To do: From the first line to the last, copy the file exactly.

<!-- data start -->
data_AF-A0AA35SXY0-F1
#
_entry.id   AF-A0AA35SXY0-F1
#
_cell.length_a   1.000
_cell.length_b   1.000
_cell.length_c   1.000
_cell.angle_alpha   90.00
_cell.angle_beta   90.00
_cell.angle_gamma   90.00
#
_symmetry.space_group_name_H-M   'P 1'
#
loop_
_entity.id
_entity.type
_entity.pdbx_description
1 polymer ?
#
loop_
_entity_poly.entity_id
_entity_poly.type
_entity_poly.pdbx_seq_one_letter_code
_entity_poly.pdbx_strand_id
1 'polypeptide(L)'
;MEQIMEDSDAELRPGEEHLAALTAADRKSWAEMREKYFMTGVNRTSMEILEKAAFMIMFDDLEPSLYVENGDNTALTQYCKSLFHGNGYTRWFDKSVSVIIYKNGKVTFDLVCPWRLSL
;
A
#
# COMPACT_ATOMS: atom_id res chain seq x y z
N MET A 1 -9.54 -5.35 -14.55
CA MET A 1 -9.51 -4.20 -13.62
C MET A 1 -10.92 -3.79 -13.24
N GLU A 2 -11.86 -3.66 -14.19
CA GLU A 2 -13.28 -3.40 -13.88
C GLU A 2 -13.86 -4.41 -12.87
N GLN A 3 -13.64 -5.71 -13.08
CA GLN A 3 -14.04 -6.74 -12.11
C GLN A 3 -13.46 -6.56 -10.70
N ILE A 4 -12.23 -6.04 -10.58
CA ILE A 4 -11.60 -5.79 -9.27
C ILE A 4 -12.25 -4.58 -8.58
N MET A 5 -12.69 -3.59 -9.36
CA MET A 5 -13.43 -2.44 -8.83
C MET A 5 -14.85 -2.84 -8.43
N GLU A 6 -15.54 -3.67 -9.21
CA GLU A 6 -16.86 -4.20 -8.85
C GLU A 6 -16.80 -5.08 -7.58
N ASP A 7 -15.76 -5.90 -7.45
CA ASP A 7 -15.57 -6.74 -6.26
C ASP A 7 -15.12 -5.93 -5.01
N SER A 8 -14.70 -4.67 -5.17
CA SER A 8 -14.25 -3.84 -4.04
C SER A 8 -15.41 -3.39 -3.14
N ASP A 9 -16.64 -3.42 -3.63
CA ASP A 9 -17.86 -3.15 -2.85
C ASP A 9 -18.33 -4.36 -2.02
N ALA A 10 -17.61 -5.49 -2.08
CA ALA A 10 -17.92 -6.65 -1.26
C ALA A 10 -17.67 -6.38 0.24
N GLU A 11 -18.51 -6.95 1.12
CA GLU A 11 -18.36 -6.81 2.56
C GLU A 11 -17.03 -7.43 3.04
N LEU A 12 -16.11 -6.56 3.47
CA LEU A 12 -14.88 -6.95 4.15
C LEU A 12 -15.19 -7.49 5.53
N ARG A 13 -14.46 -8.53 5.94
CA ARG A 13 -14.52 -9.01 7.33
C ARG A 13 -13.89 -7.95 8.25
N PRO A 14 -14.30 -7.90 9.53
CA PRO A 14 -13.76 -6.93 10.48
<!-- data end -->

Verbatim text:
data_AF-A0AA35SXY0-F1
#
_entry.id   AF-A0AA35SXY0-F1
#
_cell.length_a   1.000
_cell.length_b   1.000
_cell.length_c   1.000
_cell.angle_alpha   90.00
_cell.angle_beta   90.00
_cell.angle_gamma   90.00
#
_symmetry.space_group_name_H-M   'P 1'
#
loop_
_entity.id
_entity.type
_entity.pdbx_description
1 polymer ?
#
loop_
_entity_poly.entity_id
_entity_poly.type
_entity_poly.pdbx_seq_one_letter_code
_entity_poly.pdbx_strand_id
1 'polypeptide(L)'
;MEQIMEDSDAELRPGEEHLAALTAADRKSWAEMREKYFMTGVNRTSMEILEKAAFMIMFDDLEPSLYVENGDNTALTQYCKSLFHGNGYTRWFDKSVSVIIYKNGKVTFDLVCPWRLSL
;
A
#
# COMPACT_ATOMS: atom_id res chain seq x y z
N MET A 1 -9.54 -5.35 -14.55
CA MET A 1 -9.51 -4.20 -13.62
C MET A 1 -10.92 -3.79 -13.24
N GLU A 2 -11.86 -3.66 -14.19
CA GLU A 2 -13.28 -3.40 -13.88
C GLU A 2 -13.86 -4.41 -12.87
N GLN A 3 -13.64 -5.71 -13.08
CA GLN A 3 -14.04 -6.74 -12.11
C GLN A 3 -13.46 -6.56 -10.70
N ILE A 4 -12.23 -6.04 -10.58
CA ILE A 4 -11.60 -5.79 -9.27
C ILE A 4 -12.25 -4.58 -8.58
N MET A 5 -12.69 -3.59 -9.36
CA MET A 5 -13.43 -2.44 -8.83
C MET A 5 -14.85 -2.84 -8.43
N GLU A 6 -15.54 -3.67 -9.21
CA GLU A 6 -16.86 -4.20 -8.85
C GLU A 6 -16.80 -5.08 -7.58
N ASP A 7 -15.76 -5.90 -7.45
CA ASP A 7 -15.57 -6.74 -6.26
C ASP A 7 -15.12 -5.93 -5.01
N SER A 8 -14.70 -4.67 -5.17
CA SER A 8 -14.25 -3.84 -4.04
C SER A 8 -15.41 -3.39 -3.14
N ASP A 9 -16.64 -3.42 -3.63
CA ASP A 9 -17.86 -3.15 -2.85
C ASP A 9 -18.33 -4.36 -2.02
N ALA A 10 -17.61 -5.49 -2.08
CA ALA A 10 -17.92 -6.65 -1.26
C ALA A 10 -17.67 -6.38 0.24
N GLU A 11 -18.51 -6.95 1.12
CA GLU A 11 -18.36 -6.81 2.56
C GLU A 11 -17.03 -7.43 3.04
N LEU A 12 -16.11 -6.56 3.47
CA LEU A 12 -14.88 -6.95 4.15
C LEU A 12 -15.19 -7.49 5.53
N ARG A 13 -14.46 -8.53 5.94
CA ARG A 13 -14.52 -9.01 7.33
C ARG A 13 -13.89 -7.95 8.25
N PRO A 14 -14.30 -7.90 9.53
CA PRO A 14 -13.76 -6.93 10.48